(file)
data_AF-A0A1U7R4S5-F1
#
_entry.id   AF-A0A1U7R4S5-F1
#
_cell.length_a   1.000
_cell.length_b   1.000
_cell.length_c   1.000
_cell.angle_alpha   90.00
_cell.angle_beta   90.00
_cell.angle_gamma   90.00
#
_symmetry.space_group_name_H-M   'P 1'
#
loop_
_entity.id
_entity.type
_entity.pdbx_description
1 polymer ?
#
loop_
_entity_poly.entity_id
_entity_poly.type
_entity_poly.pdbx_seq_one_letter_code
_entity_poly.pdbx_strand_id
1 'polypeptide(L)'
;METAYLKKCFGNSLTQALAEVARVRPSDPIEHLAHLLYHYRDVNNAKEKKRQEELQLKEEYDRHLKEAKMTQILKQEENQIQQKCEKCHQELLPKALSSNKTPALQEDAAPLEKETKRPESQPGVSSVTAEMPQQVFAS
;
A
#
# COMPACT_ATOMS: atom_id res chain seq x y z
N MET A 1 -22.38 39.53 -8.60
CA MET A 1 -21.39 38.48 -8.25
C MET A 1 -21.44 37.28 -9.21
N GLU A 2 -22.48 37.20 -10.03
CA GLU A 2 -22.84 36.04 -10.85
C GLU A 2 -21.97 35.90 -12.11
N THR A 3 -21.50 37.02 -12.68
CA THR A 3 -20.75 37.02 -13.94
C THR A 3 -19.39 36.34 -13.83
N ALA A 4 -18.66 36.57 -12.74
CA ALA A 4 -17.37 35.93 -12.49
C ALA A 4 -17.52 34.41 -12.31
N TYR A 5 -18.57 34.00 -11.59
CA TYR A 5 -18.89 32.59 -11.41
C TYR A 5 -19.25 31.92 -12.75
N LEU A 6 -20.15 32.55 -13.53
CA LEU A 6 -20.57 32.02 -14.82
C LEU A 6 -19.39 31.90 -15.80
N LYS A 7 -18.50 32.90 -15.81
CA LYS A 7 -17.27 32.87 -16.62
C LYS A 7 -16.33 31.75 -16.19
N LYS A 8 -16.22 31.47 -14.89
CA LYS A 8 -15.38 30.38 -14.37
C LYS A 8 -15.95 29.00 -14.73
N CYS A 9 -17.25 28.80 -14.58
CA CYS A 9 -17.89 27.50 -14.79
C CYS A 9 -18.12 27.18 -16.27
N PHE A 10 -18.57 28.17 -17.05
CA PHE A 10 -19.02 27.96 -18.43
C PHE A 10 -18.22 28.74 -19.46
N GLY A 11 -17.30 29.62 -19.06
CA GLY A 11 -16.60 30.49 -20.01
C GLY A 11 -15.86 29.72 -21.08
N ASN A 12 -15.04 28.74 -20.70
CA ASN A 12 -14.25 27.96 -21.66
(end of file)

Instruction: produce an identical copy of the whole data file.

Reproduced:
data_AF-A0A1U7R4S5-F1
#
_entry.id   AF-A0A1U7R4S5-F1
#
_cell.length_a   1.000
_cell.length_b   1.000
_cell.length_c   1.000
_cell.angle_alpha   90.00
_cell.angle_beta   90.00
_cell.angle_gamma   90.00
#
_symmetry.space_group_name_H-M   'P 1'
#
loop_
_entity.id
_entity.type
_entity.pdbx_description
1 polymer ?
#
loop_
_entity_poly.entity_id
_entity_poly.type
_entity_poly.pdbx_seq_one_letter_code
_entity_poly.pdbx_strand_id
1 'polypeptide(L)'
;METAYLKKCFGNSLTQALAEVARVRPSDPIEHLAHLLYHYRDVNNAKEKKRQEELQLKEEYDRHLKEAKMTQILKQEENQIQQKCEKCHQELLPKALSSNKTPALQEDAAPLEKETKRPESQPGVSSVTAEMPQQVFAS
;
A
#
# COMPACT_ATOMS: atom_id res chain seq x y z
N MET A 1 -22.38 39.53 -8.60
CA MET A 1 -21.39 38.48 -8.25
C MET A 1 -21.44 37.28 -9.21
N GLU A 2 -22.48 37.20 -10.03
CA GLU A 2 -22.84 36.04 -10.85
C GLU A 2 -21.97 35.90 -12.11
N THR A 3 -21.50 37.02 -12.68
CA THR A 3 -20.75 37.02 -13.94
C THR A 3 -19.39 36.34 -13.83
N ALA A 4 -18.66 36.57 -12.74
CA ALA A 4 -17.37 35.93 -12.49
C ALA A 4 -17.52 34.41 -12.31
N TYR A 5 -18.57 34.00 -11.59
CA TYR A 5 -18.89 32.59 -11.41
C TYR A 5 -19.25 31.92 -12.75
N LEU A 6 -20.15 32.55 -13.53
CA LEU A 6 -20.57 32.02 -14.82
C LEU A 6 -19.39 31.90 -15.80
N LYS A 7 -18.50 32.90 -15.81
CA LYS A 7 -17.27 32.87 -16.62
C LYS A 7 -16.33 31.75 -16.19
N LYS A 8 -16.22 31.47 -14.89
CA LYS A 8 -15.38 30.38 -14.37
C LYS A 8 -15.95 29.00 -14.73
N CYS A 9 -17.25 28.80 -14.58
CA CYS A 9 -17.89 27.50 -14.79
C CYS A 9 -18.12 27.18 -16.27
N PHE A 10 -18.57 28.17 -17.05
CA PHE A 10 -19.02 27.96 -18.43
C PHE A 10 -18.22 28.74 -19.46
N GLY A 11 -17.30 29.62 -19.06
CA GLY A 11 -16.60 30.49 -20.01
C GLY A 11 -15.86 29.72 -21.08
N ASN A 12 -15.04 28.74 -20.70
CA ASN A 12 -14.25 27.96 -21.66